Fruiting shoots grow from 1-year old dormant buds. Pruning is done to replace the fruiting wood each year. Grape pruning requires removal of between 80 and 90% of the canes each year. A fully mature, healthy vine can support a total maximum of 40 shoots. Younger vines will need to have fewer shoots until they reach maturity. Limiting the number of shoots is important for good cluster size, root balance, and preparation for winter. Grape pruning is done in one of two ways depending on the variety and training system: cane pruning or spur pruning. In general, American type grapes and many hybrids should be cane pruned because their basal buds are typically only vegetative (leaves but no fruit). This means if you are spur pruning them you would be cutting off the buds that are most likely to produce fruit. European grapes can be cane or spur pruned. If you are not sure which pruning method would be better for your variety, it is best to use cane pruning. Each of the two methods are described below.
Cane Pruning Overview
In a cane pruned system, the trunk (permanent wood) is kept each year, along with fruiting canes originating from the trunk. After a cane produces fruit for 1 year, the majority of the cane is removed. A new fruiting cane and a renewal spur, both originating close to the trunk, are kept for regrowth of next year’s fruiting cane. Cane pruning is a good option for cold climates. There are many different cane-pruned systems; the 4-cane single-trunk kniffin system described below is relatively simple and has been used successfully in Utah.
Spur Pruning Overview
In a spur pruned system, the permanent trunk and semi-permanent cordons are left from year to year. Along each cordon, multiple canes grow from spurs (two to three buds) spaced every 4 to 6 inches along the cordon. One common spur-pruned system, a bi-lateral high cordon, is detailed below.
Cane Pruning: 4-Cane Single-Trunk Kniffin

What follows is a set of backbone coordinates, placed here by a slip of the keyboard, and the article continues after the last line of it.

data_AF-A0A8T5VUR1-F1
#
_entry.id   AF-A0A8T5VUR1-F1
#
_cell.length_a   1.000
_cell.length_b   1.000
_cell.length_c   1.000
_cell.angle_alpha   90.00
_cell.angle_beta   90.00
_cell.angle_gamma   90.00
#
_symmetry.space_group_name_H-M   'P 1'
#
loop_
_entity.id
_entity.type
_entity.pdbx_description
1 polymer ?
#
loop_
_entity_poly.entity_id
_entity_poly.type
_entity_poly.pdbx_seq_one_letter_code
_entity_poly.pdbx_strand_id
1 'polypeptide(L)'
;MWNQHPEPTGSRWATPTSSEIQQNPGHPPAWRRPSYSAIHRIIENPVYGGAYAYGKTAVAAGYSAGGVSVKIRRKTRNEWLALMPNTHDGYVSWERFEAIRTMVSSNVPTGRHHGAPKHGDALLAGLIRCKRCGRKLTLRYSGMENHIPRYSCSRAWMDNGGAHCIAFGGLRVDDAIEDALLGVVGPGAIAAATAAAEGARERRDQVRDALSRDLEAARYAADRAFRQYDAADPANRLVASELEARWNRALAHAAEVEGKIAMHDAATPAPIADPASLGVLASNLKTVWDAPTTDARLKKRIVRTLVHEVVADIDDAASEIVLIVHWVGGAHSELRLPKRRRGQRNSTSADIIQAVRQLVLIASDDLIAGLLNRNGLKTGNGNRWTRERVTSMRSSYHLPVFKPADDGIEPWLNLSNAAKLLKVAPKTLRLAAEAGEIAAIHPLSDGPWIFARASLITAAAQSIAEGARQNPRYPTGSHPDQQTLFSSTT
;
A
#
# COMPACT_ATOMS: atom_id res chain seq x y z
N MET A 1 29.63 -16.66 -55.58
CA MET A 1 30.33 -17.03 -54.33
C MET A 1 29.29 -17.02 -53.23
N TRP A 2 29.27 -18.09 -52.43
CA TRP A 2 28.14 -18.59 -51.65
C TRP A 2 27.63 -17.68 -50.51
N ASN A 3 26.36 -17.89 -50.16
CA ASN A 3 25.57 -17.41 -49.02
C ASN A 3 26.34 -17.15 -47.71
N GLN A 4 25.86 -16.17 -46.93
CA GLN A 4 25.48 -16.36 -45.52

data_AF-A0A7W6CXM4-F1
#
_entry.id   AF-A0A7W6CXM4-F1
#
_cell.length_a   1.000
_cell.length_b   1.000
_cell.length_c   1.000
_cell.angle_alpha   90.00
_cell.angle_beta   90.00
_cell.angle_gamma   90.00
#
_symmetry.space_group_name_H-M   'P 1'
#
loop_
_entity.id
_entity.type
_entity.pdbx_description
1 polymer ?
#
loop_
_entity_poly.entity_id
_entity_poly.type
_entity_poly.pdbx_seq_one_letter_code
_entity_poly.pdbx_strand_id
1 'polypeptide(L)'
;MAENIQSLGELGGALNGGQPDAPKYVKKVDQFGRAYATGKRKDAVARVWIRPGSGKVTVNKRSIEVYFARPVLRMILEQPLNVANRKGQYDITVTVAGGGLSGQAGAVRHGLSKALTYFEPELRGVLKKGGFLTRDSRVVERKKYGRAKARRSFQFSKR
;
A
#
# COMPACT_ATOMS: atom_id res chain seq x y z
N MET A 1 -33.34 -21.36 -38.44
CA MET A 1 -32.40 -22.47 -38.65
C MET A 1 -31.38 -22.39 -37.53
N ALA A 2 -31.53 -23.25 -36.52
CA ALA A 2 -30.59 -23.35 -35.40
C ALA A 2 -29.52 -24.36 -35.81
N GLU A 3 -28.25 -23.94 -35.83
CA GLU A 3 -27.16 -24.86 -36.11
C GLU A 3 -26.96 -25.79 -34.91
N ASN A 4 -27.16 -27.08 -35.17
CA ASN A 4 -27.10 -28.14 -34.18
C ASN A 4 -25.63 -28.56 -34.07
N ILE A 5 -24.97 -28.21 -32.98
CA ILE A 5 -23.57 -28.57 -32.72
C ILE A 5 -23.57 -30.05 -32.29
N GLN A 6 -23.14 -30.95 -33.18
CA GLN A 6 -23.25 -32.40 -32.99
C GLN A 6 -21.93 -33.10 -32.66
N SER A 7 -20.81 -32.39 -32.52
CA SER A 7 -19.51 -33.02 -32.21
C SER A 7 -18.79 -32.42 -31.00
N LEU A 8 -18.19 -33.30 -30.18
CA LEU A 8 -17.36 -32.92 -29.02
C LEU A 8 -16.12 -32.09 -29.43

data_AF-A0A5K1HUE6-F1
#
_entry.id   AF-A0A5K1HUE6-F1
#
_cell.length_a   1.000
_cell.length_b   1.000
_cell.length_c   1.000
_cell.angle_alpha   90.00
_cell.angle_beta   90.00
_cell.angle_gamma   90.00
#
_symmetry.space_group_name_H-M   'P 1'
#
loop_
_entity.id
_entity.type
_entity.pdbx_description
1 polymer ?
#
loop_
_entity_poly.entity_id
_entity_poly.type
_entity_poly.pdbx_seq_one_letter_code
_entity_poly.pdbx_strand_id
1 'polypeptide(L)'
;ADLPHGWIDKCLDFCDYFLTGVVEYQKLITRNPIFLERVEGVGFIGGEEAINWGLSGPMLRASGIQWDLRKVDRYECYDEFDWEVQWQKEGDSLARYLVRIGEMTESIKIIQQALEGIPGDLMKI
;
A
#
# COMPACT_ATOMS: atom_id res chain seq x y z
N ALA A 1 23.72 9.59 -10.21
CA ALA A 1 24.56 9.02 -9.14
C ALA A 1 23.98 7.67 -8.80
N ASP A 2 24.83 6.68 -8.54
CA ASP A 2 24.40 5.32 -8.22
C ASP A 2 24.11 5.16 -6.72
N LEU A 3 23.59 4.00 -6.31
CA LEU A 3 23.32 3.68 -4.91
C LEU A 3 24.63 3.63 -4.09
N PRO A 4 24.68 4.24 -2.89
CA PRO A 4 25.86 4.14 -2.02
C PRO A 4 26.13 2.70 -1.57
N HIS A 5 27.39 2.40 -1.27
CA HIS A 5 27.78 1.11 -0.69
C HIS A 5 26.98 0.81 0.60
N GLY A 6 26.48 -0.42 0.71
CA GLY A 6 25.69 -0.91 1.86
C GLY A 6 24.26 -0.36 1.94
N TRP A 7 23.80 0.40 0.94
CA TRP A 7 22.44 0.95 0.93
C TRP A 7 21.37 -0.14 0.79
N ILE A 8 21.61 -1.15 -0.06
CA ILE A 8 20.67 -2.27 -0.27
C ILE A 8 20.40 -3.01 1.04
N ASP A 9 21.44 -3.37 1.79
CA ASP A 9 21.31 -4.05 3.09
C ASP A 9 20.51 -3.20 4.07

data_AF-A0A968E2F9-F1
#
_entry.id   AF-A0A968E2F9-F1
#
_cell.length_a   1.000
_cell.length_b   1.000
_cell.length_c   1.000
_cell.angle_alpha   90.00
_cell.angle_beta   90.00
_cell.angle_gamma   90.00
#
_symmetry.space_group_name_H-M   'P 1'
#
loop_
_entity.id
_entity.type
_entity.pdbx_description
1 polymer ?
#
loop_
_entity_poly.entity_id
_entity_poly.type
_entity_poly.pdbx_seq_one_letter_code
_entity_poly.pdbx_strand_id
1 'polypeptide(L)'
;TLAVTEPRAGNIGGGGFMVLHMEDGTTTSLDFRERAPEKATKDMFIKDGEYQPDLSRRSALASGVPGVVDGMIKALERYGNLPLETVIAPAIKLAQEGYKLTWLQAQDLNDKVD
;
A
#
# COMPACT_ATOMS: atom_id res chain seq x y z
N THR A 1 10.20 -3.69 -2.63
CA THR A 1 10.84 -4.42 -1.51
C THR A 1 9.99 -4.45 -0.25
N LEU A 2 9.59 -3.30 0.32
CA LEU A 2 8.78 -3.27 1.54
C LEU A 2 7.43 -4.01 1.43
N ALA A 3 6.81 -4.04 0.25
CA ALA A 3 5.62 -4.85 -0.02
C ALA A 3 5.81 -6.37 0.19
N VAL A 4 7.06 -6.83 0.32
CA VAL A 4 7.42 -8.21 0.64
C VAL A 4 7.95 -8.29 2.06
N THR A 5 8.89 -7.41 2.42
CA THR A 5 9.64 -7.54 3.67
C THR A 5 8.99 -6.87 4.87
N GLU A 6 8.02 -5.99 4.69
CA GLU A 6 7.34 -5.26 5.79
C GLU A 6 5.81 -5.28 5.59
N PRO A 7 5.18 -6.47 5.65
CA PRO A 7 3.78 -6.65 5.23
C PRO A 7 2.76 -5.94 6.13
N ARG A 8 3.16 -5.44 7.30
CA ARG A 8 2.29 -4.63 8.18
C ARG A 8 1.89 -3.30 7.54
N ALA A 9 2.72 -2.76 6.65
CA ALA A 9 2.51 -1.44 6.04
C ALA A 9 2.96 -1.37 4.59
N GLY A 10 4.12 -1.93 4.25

This system needs two strands of wire, one attached to the trellis posts at 36 to 40 inches above the ground and another at the top of the post (60 to 72 inches). By each newly planted vine, secure a garden stake or pole vertically to the bottom and top wire. See Fig. 4 for a visual illustration of this training method.
In the weeks following planting, several new shoots will develop. Select the strongest shoot to keep (this will become the trunk) and remove all other shoots so the vine directs all of its growth into the selected trunk. Loosely tie the selected shoot to a vertical stake that has been secured to the trellis wire. Once it grows a few inches past the lower trellis wire, pinch back the shoot tip to induce branching, leaving two buds above the wire. Several shoots near the top of the cane will develop. Select three shoots to keep and loosely secure the lower two horizontally to the wire, growing in opposite directions (see Fig. 4), with the third positioned vertically toward the second wire. This new growth will need to be secured to the horizontal wires every couple of weeks throughout the growing season. Remove all other shoots originating from the trunk as they appear. Timing of pinching back the vertical trunk at the second wire depends on when the branch reaches the top wire. If the vertical shoot reaches the top trellis wire late in the first growing season, wait to top the shoot until February or March in the dormant season. If the shoot does not grow to the top wire by the dormant season, continue training the cane to the top trellis wire in the second season. If any fruit clusters develop during the establishment year(s), remove them to allow the grape plant to develop a good root system.
Once the trunk is established and the four selected canes have been secured to the horizontal wires, the first dormant cane pruning should take place. Prune at the end of February or the beginning of March. On the bottom two canes, count out from the trunk to four or six buds and prune off the remainder of the cane. On the top two canes, leave only three to five buds on each cane. During the following growing season, depending on the variety and vigor of the grape vine, flowers may develop. At this point, you can allow them to develop into fruit, but if more than one flower cluster forms per shoot, remove the bottom cluster before bloom. Do not do any summer pruning. During the second dormant season during cane establishment, keep one shoot from the base of each cane as new fruiting wood and prune one shoot back to two to three buds for a renewal spur (Fig. 2). Renewal spurs will grow the canes for next year’s production (Fig. 3). Tip each fruiting cane back to 10 or fewer buds, depending on the vigor of the plant. Canes differ in fruitfulness. When selecting which canes to keep, look for ones that are pencil width in diameter, grew in the light, and do not have abnormally long spaces between buds.